There are other sites which cover other D-III sports, but what I think sets us apart is the site is founded by professional journalists and run like a news site. We take pride in that. I spent 12 years at Baseball Weekly and USA Today, Keith McMillan is the NFL editor for the Washington Post and Dave McHugh has spent more than a decade in television news. We all have broadcast games and that's something we love to do. And we've all followed Division III since long before these sites came around.
Without the timely support and contributions of many people, we wouldn’t have gotten this far. Aside from the people I mention above, here are some of the others.
Brett Marhanka, now the sports information director at Wheaton (Ill.), was SID at Gallaudet in the mid-1990s. I pitched him on hiring me to build the athletic department’s first website and he bit. Without that, I’m not sure I would have had the credibility to take over Steve Ulrich’s site.
Catholic University men’s basketball coach Mike Lonergan and football coach Tom Clark were very supportive of the sites when they first launched. Gabe Romano, CUA’s sports information director, helped me see how much of a need there was for national Division III sports coverage. And my parents instilled in me a love of sports and taught me to work crazy hard, but try to do everything.
|Robert runs the camera for me
on a trip to Wheaton over Labor Day weekend.
Photo by Ralph Greenslade for D3sports.com
Brad Bankston, the commissioner of the Old Dominion Athletic Conference, immediately deemed our site credible and gave us the access we needed to cover the men’s basketball Final Four. So many websites and blogs have been denied access to championships and big events since, so this is not as much of a foregone conclusion as it sounds.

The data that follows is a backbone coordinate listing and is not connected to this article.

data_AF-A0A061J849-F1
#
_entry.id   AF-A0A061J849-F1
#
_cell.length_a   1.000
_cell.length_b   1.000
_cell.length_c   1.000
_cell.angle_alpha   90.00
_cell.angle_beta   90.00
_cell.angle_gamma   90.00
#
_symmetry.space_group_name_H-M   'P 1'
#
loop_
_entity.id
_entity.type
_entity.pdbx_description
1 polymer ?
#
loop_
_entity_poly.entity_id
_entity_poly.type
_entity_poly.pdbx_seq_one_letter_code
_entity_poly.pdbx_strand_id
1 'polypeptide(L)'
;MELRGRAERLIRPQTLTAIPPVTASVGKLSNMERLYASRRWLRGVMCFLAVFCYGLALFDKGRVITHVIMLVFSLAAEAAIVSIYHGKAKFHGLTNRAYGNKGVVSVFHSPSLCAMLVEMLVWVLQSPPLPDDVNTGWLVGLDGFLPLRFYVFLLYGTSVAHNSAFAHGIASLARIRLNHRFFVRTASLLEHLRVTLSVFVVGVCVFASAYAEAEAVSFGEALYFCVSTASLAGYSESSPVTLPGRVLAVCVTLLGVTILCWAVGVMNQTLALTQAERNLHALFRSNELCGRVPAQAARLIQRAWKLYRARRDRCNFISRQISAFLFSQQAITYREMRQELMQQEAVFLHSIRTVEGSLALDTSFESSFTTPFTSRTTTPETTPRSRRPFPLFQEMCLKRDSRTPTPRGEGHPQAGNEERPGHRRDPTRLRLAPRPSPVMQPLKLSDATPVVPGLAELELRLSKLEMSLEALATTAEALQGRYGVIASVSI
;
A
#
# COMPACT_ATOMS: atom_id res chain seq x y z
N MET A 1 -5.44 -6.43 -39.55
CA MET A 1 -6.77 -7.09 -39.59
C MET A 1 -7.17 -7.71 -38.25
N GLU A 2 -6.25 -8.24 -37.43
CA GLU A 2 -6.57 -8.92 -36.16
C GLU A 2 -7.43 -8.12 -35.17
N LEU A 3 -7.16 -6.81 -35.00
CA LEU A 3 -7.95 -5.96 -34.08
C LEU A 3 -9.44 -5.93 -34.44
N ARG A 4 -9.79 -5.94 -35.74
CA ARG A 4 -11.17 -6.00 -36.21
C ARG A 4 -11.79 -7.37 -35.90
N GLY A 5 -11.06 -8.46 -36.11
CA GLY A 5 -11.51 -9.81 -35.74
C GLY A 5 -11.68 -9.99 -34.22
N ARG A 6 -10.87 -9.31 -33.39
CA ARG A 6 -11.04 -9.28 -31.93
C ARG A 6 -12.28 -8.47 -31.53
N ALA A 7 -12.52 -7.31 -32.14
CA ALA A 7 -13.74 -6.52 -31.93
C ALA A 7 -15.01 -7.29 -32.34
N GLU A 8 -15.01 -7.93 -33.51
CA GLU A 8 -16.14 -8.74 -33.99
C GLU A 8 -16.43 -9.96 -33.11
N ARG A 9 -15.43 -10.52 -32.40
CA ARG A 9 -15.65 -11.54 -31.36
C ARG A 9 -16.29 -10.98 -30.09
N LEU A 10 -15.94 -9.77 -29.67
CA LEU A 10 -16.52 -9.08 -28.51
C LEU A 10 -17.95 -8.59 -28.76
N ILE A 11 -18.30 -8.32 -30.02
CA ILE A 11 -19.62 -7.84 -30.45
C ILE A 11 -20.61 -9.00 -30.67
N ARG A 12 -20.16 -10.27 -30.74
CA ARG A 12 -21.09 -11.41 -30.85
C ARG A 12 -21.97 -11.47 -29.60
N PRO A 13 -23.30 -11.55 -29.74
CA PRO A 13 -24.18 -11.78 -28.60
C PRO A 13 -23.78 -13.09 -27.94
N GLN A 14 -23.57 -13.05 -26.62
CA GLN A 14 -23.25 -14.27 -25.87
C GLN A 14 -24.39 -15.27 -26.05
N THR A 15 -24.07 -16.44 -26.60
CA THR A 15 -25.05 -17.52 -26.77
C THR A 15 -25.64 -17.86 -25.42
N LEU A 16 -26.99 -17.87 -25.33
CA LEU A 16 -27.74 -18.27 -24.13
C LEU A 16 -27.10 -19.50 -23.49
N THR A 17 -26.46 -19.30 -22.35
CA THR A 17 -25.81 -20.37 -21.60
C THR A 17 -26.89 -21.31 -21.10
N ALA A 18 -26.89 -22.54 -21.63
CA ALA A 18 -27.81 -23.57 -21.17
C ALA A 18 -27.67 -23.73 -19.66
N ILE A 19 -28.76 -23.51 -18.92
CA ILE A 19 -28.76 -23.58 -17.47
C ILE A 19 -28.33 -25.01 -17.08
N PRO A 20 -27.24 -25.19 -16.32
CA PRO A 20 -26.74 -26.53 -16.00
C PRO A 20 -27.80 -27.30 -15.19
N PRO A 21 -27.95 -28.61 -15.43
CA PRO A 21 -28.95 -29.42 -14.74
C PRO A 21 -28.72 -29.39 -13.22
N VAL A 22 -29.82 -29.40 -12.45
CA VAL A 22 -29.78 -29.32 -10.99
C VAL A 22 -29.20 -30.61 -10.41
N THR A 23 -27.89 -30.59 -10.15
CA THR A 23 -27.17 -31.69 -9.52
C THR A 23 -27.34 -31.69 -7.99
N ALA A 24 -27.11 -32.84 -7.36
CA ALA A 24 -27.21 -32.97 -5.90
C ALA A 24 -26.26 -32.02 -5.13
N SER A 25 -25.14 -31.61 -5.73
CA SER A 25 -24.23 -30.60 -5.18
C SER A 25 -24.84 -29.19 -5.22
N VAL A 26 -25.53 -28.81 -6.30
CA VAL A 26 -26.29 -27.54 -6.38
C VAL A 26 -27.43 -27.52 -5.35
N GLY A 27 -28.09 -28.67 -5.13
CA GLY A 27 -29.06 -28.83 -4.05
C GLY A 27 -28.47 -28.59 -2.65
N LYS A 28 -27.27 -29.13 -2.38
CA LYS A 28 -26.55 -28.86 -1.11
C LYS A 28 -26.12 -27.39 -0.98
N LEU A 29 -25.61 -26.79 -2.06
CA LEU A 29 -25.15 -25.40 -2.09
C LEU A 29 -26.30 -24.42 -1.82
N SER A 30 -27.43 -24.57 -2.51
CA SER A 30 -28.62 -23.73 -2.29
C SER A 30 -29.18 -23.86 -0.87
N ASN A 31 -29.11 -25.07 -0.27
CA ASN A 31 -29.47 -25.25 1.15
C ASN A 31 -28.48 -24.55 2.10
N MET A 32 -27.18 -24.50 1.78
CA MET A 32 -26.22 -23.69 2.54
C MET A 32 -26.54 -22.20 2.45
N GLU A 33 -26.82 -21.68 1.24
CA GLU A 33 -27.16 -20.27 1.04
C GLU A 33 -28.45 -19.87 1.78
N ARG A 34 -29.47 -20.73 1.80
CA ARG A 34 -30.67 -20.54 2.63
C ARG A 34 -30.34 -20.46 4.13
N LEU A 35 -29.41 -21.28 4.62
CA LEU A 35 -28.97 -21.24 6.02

Cate and our children, Elizabeth, Robert and Colleen. The older two have each been on D-III trips with me in recent years and are capable of actually helping out. Thank you to the SIDs who have welcomed them with open arms. Elizabeth is my best camera operator for video broadcasts and is learning the production software as well. Colleen is only 8 and is dying to take a trip as well, probably because I often drive with the kids to Chicago. Working on the sites has taken me away from them quite a bit, but thankfully I have been able to spend some time with them on the road.
One of the other questions I often get is, “how long can you keep doing this?” And I’ll be honest, it isn’t easy to explain why I work another 30-40 hours a week for little to no money. But there are so many Division III stories that need to be told, and in all honesty, I wish we could tell even more stories. Maybe someday we could cover lacrosse more, or softball. A decade ago, I asked that question of myself, and I asked Cate as well – is it OK with you if I keep doing this? Thankfully for all of you, she said yes. Since then, technology has allowed us to do more with less time, and more people have stepped up to help.
Did I ever think it would be this big? No. But I don’t think we’re nearly done.